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On Outrage: Trump, Climate, Denial and Action

The science is clear. And much of the technology and know-how that we need to address climate change already exists.

My email and social media feeds are full of outrage at Donald Trump’s decision to pull the US out of the Paris Climate Agreement.

While this outrage is justified — Trump is literally playing with fire and the future of the human species — it is also an opportunity to look more deeply at ourselves.

In what ways has mainstream American society allowed this to happen through its complacency?

After all, though we know that climate change is one if not the most pressing issue now facing not only our nation, but humanity. Though we have known this now for many decades, what have we actually done in response?

Very little. We have not invested in the infrastructure that we need to combat climate change. We have not created the laws we need to curb greenhouse emissions. And our mainstream media rarely talks about the issue.

Though we have had more and more record-breaking hot years and more and more extreme weather disasters, business has not only gone on as usual, but accelerated: There are more SUVs on the road; median house size is bigger; agricultural practices remain largely unchanged; meat consumption also is largely unchanged.

We have had decades to respond to the threat of climate change. But little has been done.

Of course Paris was an important step. But if we are really speaking of our outrage, let’s look the issue clearly in the face and acknowledge how little has been done and how much truly demands to be done.

Perhaps Trump’s state of denial can act as a catalyst to wake us up from our own denial.

In the 2016 presidential debates, not one question was asked of Trump and Clinton about climate change and the environment. Our whole society is in part to blame for allowing a state of denial.

But we can no longer accept turning away from this issue.

Of all the pieces I’ve read about Trump, perhaps the most perceptive was Deepak Chopra’s piece about Trump as embodying America’s shadow side. Chopra writes:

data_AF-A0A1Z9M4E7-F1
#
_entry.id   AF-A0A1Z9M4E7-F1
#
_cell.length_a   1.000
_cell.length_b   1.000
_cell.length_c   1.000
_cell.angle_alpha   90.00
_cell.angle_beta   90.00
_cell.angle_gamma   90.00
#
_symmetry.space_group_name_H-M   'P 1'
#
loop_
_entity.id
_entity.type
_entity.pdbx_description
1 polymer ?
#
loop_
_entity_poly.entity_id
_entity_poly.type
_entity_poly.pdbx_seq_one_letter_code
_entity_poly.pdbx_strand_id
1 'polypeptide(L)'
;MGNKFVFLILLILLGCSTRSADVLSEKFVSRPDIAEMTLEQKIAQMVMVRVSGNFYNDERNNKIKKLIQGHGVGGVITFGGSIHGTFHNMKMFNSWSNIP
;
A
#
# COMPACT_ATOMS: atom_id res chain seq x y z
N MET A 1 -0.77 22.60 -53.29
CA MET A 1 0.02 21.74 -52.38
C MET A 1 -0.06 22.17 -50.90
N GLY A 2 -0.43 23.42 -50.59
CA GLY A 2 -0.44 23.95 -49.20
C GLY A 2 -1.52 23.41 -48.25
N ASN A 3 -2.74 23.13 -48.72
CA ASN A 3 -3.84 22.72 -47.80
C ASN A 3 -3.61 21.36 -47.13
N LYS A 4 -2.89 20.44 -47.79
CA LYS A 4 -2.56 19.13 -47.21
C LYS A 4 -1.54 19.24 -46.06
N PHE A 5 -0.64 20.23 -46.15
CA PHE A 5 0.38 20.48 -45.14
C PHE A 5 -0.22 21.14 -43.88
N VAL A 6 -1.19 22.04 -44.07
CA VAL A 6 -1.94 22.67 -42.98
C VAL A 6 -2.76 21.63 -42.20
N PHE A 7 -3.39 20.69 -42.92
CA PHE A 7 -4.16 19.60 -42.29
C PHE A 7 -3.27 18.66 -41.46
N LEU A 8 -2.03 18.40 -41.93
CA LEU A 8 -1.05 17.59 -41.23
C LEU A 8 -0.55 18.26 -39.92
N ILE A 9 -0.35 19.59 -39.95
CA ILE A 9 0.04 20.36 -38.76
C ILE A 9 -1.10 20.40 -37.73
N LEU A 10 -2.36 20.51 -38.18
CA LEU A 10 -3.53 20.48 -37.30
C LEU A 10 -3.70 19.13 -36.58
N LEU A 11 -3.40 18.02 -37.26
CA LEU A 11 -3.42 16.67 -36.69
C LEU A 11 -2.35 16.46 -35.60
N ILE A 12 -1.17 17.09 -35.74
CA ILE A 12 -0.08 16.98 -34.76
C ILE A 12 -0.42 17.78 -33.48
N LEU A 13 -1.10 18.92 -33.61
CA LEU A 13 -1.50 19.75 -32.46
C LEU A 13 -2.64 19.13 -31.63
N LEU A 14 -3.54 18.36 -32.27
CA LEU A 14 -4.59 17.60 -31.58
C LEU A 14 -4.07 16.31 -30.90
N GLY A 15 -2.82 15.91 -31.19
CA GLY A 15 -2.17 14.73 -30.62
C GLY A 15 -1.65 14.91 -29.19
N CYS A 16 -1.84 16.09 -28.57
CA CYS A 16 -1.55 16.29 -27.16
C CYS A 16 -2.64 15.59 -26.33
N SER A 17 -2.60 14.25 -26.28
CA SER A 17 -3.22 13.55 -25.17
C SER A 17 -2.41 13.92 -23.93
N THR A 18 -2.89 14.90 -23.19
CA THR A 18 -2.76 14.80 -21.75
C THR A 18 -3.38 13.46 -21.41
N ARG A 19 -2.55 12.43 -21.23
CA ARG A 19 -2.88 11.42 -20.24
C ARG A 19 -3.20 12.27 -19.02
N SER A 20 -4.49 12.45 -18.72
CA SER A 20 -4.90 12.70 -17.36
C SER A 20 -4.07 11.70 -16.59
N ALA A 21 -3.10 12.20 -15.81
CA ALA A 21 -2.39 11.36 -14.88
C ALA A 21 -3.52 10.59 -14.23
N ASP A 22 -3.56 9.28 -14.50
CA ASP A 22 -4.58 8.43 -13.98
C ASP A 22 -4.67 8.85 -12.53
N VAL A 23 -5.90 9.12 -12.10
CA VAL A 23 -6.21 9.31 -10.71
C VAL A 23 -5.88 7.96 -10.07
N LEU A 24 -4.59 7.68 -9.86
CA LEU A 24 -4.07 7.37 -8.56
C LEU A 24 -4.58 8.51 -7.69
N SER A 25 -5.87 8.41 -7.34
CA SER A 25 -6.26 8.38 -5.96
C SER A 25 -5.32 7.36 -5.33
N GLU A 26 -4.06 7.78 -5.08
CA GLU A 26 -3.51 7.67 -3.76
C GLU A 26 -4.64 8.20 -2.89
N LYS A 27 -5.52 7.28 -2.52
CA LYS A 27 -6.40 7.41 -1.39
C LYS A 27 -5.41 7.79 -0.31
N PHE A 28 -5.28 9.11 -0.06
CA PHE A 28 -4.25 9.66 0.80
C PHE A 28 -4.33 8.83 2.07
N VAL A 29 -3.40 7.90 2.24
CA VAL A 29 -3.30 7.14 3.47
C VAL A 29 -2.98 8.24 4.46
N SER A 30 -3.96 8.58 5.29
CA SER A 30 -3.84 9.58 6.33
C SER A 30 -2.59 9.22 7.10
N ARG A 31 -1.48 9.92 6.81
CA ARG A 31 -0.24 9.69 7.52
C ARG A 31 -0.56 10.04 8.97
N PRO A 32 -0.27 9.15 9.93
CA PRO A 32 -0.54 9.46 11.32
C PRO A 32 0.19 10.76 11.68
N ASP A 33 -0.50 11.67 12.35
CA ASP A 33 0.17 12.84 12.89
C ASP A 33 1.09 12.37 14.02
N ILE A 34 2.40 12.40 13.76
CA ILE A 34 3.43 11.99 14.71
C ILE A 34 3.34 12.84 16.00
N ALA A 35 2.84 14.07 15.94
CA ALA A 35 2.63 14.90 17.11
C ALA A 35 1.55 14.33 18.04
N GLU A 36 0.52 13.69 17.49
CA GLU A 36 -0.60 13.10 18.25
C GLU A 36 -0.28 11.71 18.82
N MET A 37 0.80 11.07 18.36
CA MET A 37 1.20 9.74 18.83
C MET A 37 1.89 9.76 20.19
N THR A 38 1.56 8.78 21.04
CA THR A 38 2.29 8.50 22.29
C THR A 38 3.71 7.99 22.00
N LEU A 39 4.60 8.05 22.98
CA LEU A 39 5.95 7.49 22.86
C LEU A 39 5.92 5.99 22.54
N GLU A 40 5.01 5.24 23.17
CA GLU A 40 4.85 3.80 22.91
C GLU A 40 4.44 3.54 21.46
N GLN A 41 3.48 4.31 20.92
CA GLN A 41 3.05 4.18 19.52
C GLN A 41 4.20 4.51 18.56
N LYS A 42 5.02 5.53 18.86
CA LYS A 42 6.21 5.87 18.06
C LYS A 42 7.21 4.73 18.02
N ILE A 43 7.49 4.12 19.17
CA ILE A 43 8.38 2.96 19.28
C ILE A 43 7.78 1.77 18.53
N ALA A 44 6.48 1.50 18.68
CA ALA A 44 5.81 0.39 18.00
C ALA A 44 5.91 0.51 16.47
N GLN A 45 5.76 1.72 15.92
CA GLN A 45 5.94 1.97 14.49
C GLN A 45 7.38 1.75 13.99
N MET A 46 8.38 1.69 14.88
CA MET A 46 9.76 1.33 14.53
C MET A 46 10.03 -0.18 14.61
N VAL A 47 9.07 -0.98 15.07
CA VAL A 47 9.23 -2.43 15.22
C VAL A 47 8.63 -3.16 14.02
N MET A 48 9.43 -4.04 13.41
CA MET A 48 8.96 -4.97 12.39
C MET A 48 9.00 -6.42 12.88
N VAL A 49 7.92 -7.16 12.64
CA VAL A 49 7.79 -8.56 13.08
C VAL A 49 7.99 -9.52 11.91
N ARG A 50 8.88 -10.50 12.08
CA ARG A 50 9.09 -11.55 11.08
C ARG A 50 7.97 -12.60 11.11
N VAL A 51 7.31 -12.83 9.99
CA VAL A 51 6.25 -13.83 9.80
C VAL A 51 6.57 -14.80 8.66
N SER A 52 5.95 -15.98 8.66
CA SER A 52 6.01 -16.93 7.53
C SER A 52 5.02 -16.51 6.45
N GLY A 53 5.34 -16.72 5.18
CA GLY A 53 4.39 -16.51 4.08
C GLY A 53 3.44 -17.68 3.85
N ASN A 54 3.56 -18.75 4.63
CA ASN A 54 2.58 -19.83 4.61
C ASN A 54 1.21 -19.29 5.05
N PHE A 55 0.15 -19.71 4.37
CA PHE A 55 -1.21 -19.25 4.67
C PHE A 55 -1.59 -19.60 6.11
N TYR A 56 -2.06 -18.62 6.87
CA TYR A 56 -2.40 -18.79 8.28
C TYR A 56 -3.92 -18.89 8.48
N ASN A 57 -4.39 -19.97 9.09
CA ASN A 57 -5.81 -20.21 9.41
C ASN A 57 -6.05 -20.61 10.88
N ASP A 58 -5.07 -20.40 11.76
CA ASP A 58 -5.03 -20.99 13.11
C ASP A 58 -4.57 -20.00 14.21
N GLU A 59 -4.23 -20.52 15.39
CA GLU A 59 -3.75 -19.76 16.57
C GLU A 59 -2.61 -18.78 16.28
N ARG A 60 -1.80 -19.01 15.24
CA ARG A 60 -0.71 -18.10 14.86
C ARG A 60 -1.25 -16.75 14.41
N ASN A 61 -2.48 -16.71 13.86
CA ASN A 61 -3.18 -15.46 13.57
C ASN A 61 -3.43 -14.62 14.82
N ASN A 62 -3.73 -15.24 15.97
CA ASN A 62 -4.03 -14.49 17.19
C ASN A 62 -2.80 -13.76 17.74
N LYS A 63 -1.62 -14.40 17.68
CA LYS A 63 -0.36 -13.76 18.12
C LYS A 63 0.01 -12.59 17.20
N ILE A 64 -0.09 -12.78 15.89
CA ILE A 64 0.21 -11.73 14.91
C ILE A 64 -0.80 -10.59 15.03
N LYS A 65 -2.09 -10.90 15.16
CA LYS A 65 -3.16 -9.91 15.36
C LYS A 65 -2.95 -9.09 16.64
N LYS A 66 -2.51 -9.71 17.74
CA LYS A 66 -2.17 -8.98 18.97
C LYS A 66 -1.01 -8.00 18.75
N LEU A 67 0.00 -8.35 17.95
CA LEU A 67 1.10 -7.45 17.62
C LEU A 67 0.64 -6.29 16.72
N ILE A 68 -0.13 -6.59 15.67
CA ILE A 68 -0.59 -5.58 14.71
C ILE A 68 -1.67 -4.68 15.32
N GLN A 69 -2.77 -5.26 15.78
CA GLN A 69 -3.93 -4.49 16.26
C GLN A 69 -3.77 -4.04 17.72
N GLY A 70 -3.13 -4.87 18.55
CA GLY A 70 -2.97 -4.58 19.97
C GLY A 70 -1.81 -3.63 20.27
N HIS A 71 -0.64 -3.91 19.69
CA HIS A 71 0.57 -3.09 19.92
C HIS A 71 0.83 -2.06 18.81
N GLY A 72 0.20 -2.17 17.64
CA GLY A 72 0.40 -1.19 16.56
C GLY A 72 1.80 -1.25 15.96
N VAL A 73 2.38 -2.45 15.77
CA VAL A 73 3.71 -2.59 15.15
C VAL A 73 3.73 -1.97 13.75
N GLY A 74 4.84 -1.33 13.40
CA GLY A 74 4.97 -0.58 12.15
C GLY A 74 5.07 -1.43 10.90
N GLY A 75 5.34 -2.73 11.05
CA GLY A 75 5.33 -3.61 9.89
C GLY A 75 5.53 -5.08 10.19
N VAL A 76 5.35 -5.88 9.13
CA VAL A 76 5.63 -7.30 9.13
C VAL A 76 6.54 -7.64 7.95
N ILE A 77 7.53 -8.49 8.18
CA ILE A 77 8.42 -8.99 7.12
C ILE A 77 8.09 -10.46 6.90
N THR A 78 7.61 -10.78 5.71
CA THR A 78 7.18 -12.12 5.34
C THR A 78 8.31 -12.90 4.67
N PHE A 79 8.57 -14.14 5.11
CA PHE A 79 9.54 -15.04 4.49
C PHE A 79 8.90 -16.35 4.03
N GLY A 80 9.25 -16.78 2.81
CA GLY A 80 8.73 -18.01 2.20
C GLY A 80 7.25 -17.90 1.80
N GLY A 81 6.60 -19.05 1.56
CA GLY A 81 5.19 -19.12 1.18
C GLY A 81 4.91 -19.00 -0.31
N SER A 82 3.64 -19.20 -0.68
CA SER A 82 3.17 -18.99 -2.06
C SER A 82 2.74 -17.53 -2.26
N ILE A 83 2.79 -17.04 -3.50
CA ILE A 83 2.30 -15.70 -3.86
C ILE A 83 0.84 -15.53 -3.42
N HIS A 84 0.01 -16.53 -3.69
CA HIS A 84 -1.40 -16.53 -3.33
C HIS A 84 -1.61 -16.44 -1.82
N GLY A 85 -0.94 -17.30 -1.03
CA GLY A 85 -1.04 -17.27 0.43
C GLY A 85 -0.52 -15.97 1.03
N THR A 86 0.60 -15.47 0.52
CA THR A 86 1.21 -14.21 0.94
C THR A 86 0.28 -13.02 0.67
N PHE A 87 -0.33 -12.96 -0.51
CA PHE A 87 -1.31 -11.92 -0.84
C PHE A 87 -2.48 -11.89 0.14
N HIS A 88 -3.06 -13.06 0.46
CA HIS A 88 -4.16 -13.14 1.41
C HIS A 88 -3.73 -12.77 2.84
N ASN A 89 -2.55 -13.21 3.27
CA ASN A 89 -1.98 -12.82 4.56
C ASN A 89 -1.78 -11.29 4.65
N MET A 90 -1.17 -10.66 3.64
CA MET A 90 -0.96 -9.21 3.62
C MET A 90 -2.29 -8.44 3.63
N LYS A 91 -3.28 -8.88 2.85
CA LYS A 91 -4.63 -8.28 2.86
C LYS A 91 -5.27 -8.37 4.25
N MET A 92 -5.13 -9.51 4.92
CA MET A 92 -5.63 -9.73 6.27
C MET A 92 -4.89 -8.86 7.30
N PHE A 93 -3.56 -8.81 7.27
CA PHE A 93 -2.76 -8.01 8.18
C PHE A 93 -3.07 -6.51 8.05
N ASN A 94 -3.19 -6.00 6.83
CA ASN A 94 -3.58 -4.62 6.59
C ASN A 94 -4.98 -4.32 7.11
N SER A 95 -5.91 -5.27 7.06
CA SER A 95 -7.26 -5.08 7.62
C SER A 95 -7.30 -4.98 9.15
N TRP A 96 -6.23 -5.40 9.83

But in reality Trump isn’t bizarre or anomalous. He stands for something universal, something right before our eyes. It’s an aspect of the human psyche that we feel embarrassed and ashamed of, which makes it our collective secret. Going back a century in the field of depth psychology, the secret side of human nature acquired a special name: the shadow.

Chopra sees the World Wars as times in which the human shadow overtook Europe and the world.

We are in danger of being overtaken by the shadow again. Faced with the imminent threat of climate change, we can either go into denial, as Trump is doing, or we can address it head on.

Of course, direct political action and international agreement has great power to address climate change. But it also, perhaps, has the power to lull us into more complacency.

Kyoto, Copenhagen, Paris: We are waiting for our leaders to create change so that we can go on with our lives.

But our leaders are not going to rescue us. We are going to need to wake up and demand change ourselves.

We are going to need to change the narrative.

We are going to need to look deeply at ourselves and ask ourselves, in the absence of top-down leadership: How can we all throughout our communities, big and small, take the steps necessary to look clearly at the danger and to shine a light on the shadow?

The science is clear. And much of the technology and know-how that we need to address climate change already exists.

So let’s turn some of our outrage into energy for actions that we ourselves can take. And let’s not turn away from this issue the day after tomorrow when the news cycle moves on.

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